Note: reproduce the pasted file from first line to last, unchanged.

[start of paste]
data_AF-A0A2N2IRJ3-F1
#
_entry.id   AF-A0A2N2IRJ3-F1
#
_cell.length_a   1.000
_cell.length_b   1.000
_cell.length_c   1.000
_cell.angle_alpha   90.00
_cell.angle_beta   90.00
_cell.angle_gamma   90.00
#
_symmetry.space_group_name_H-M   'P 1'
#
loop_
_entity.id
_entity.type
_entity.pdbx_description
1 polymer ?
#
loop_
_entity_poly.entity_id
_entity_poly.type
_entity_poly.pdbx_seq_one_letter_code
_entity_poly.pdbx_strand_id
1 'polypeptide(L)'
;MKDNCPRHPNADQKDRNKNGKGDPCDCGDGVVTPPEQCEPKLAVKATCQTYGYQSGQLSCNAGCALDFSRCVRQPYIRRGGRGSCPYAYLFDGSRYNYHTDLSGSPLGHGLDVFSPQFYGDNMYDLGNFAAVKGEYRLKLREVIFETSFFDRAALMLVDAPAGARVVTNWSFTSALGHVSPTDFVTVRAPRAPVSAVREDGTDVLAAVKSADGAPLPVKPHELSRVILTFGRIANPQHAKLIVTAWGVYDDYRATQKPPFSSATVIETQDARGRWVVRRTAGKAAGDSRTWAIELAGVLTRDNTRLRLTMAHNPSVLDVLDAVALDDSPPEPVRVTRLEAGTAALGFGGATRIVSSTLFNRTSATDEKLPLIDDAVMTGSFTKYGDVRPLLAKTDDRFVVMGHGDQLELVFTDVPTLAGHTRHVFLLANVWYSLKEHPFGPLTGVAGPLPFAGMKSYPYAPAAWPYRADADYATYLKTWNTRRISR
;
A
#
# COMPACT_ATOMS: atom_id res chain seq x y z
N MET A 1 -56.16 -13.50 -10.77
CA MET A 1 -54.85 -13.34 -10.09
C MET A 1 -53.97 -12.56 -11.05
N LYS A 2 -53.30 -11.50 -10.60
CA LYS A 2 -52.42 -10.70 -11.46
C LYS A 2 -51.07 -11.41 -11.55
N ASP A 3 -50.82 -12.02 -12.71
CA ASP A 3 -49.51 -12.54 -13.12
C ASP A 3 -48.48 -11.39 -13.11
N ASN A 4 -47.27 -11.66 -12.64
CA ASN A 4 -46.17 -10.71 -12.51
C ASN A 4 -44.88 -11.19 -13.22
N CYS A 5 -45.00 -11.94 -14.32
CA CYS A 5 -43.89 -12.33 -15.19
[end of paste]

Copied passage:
data_AF-A0A2N2IRJ3-F1
#
_entry.id   AF-A0A2N2IRJ3-F1
#
_cell.length_a   1.000
_cell.length_b   1.000
_cell.length_c   1.000
_cell.angle_alpha   90.00
_cell.angle_beta   90.00
_cell.angle_gamma   90.00
#
_symmetry.space_group_name_H-M   'P 1'
#
loop_
_entity.id
_entity.type
_entity.pdbx_description
1 polymer ?
#
loop_
_entity_poly.entity_id
_entity_poly.type
_entity_poly.pdbx_seq_one_letter_code
_entity_poly.pdbx_strand_id
1 'polypeptide(L)'
;MKDNCPRHPNADQKDRNKNGKGDPCDCGDGVVTPPEQCEPKLAVKATCQTYGYQSGQLSCNAGCALDFSRCVRQPYIRRGGRGSCPYAYLFDGSRYNYHTDLSGSPLGHGLDVFSPQFYGDNMYDLGNFAAVKGEYRLKLREVIFETSFFDRAALMLVDAPAGARVVTNWSFTSALGHVSPTDFVTVRAPRAPVSAVREDGTDVLAAVKSADGAPLPVKPHELSRVILTFGRIANPQHAKLIVTAWGVYDDYRATQKPPFSSATVIETQDARGRWVVRRTAGKAAGDSRTWAIELAGVLTRDNTRLRLTMAHNPSVLDVLDAVALDDSPPEPVRVTRLEAGTAALGFGGATRIVSSTLFNRTSATDEKLPLIDDAVMTGSFTKYGDVRPLLAKTDDRFVVMGHGDQLELVFTDVPTLAGHTRHVFLLANVWYSLKEHPFGPLTGVAGPLPFAGMKSYPYAPAAWPYRADADYATYLKTWNTRRISR
;
A
#
# COMPACT_ATOMS: atom_id res chain seq x y z
N MET A 1 -56.16 -13.50 -10.77
CA MET A 1 -54.85 -13.34 -10.09
C MET A 1 -53.97 -12.56 -11.05
N LYS A 2 -53.30 -11.50 -10.60
CA LYS A 2 -52.42 -10.70 -11.46
C LYS A 2 -51.07 -11.41 -11.55
N ASP A 3 -50.82 -12.02 -12.71
CA ASP A 3 -49.51 -12.54 -13.12
C ASP A 3 -48.48 -11.39 -13.11
N ASN A 4 -47.27 -11.66 -12.64
CA ASN A 4 -46.17 -10.71 -12.51
C ASN A 4 -44.88 -11.19 -13.22
N CYS A 5 -45.00 -11.94 -14.32
CA CYS A 5 -43.89 -12.33 -15.19